We went back and forth like this for about 5 minutes. By that time, her friends had joined her and they all circled around me at the doors of the church. I had no idea why they’d earmarked me, when there were dozens of other pilgrims walking right past them. I wanted to get back to the hostel to avail of the communal meal there, but I didn’t want to be rude and break away from the ladies either. And anyway, they seemed so sweet and warm – they reminded me of all the nice grandmothers I’d ever known! With their long, knitted cardigans, their mid-length polyester blend skirts, and their sturdy shoes, they reminded me of women I knew in my childhood and I felt a natural affinity with them. I felt they might even have sweets in their pockets, or have a stash of knitting wool hidden somewhere behind a statue!

She looked at me with a warm gaze and quickly spoke to her 5-6 friends standing beside her. I, of course, have no idea what she really said, but her tone and clucking noises made me feel she was saying something like this:

Doesn’t she look just like Manuel’s daughter, Isabella? Look at that hair, and she has the very same eyes! I’d swear it was her!

With all her friends saying:

Ooooh yes, you’re right! She looks just like her. And you know who else she looks like?

Who?

Carlos’s neice….the one that moved to Madrid….what’s her name again?

Maria.

Yes! Maria. She looks like her too. But they’re related anyhow, so that would make sense. Their mothers are second cousins.

Ah yes, I’d forgotten that. And their related to José in the shop, too. You’d swear she was one of them.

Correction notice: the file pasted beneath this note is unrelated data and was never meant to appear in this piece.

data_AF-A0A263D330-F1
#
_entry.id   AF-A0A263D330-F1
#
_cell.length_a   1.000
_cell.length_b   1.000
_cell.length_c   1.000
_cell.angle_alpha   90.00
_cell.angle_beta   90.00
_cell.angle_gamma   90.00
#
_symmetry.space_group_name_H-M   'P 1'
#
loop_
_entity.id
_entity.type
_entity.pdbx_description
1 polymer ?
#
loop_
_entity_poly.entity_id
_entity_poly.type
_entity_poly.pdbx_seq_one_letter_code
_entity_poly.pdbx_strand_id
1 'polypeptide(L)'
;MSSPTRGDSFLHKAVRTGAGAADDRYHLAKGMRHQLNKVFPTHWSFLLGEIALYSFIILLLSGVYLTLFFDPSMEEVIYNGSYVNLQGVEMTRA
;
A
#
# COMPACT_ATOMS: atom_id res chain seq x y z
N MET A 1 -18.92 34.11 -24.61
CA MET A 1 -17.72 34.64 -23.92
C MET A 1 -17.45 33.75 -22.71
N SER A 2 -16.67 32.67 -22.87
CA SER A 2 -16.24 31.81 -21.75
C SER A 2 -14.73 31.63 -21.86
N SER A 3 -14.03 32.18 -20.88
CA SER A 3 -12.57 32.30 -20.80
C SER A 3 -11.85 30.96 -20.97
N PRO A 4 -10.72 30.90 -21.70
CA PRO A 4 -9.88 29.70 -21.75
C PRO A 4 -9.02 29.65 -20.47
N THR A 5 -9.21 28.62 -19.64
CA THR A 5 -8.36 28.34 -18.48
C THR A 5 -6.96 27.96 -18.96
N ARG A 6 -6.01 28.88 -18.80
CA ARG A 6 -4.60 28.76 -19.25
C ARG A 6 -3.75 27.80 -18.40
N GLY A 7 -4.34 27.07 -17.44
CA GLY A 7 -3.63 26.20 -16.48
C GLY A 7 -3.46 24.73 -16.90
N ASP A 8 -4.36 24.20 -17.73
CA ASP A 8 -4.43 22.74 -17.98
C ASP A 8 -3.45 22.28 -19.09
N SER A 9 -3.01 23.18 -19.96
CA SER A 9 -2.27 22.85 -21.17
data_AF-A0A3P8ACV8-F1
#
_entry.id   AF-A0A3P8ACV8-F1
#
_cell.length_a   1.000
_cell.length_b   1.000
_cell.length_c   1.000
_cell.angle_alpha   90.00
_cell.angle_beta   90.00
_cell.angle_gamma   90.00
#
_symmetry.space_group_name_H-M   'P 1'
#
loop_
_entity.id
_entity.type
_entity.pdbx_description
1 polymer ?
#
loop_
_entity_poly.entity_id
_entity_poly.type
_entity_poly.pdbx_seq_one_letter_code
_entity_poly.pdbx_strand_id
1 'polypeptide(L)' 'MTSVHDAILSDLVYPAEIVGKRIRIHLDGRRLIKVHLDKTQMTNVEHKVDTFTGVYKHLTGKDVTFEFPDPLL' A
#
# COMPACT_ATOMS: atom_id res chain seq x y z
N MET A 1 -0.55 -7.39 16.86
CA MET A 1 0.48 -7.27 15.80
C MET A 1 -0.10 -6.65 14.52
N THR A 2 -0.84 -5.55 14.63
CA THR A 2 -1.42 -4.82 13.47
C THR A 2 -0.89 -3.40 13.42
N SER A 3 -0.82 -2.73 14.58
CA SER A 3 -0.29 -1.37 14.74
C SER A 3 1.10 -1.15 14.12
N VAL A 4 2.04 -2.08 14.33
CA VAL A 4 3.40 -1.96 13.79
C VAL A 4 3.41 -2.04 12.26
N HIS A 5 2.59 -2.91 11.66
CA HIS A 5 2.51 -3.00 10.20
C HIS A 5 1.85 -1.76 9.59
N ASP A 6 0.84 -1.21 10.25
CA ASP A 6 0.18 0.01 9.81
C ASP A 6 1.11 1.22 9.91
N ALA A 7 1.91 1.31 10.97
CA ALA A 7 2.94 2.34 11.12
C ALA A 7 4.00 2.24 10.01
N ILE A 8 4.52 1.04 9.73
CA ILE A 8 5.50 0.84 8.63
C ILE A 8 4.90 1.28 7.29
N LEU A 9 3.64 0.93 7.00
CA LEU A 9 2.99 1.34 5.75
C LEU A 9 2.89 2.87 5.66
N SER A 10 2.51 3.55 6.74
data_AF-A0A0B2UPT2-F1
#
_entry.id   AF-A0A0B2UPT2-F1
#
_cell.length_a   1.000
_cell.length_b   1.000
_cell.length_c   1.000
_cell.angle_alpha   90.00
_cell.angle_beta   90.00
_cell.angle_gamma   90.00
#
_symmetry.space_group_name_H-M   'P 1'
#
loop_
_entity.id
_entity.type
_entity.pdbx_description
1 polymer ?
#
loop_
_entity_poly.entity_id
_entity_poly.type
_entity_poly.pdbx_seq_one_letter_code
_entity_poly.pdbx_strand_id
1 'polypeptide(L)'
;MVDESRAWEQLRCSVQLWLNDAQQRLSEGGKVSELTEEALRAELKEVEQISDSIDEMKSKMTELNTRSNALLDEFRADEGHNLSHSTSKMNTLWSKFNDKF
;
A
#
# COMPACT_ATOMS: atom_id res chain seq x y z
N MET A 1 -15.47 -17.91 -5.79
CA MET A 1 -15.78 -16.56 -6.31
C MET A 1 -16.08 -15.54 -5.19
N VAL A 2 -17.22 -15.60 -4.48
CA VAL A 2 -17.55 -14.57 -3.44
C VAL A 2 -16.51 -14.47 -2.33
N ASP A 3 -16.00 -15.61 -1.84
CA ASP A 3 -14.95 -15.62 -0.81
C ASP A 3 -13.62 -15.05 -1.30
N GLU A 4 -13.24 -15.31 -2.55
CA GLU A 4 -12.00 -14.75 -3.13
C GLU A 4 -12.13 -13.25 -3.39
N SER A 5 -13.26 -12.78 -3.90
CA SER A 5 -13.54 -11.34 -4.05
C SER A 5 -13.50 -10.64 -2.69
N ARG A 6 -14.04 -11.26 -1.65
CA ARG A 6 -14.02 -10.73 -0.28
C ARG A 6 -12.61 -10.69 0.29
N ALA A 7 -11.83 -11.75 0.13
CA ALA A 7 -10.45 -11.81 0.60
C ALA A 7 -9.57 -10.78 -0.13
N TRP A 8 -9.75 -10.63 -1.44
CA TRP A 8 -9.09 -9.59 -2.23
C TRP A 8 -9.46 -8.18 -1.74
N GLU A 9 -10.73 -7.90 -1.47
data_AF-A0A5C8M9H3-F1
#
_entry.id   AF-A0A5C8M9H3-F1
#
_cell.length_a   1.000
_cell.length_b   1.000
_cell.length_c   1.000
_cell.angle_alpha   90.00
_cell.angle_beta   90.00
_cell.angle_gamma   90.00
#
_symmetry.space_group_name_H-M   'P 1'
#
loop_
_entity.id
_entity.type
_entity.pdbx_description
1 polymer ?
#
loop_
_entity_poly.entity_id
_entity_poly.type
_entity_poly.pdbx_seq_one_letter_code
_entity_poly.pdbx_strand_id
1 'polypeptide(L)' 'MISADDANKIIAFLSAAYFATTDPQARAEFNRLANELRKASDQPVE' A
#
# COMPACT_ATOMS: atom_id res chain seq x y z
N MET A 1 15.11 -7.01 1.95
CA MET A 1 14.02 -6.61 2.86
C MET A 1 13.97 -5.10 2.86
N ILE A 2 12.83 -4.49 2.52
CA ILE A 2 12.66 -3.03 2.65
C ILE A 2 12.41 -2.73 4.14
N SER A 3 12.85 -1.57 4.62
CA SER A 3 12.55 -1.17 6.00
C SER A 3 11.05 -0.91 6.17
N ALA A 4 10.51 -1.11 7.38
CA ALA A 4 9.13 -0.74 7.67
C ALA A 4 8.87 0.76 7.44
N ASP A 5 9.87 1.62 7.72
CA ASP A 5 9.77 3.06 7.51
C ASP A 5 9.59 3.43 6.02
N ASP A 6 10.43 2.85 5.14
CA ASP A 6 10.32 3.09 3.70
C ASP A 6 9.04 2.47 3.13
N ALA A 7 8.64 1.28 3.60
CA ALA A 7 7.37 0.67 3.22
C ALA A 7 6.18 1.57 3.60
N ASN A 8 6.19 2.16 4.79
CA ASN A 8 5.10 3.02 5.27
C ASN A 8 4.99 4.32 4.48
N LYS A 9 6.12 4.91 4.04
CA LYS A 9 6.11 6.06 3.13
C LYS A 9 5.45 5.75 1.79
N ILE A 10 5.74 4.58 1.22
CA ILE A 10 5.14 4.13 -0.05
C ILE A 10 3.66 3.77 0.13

Pity she doesn’t speak any Spanish though.

And she’s a bit pale…

Poor thing has no sense of fashion…

But she looks just like that side of the family!

I stood on, like a village idiot, smiling without understanding what they really said. But they were endlessly kind and welcoming to me, and I glowed with the warmth of it all.

If I had any grasp of the language I would have stayed to chat because she was a warm, mischievous gem of a woman. I know she and I would have laughed together. Instead, I gave her my arm as I escorted her down the steps of the church, to the safety of the level footpath below. I had an albergue to return to, and a dinner to eat. And hopefully she had a family and feast of her own to return to too, that evening.

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Look at all that gold! With Dave and Barb in the blue and pink, to the left.

From Zubiri to Zabaldika

Zabaldika is one of 26 small villages, stretched out along the Esteribar Valley. Apparently, it consists of only 13 homes, 40 neighbours, and a community of Sacred Heart nuns. I didn’t know any of this at the time, given I arrived there by taxi and hadn’t been reading my guidebook very closely. This wasn’t because of negligence or disinterest in the Spanish countryside, but because I hadn’t caught up with myself yet. My Camino and my arrival in Zabaldika came about rather quickly, and reading up on tourist information was low on my list of priorities.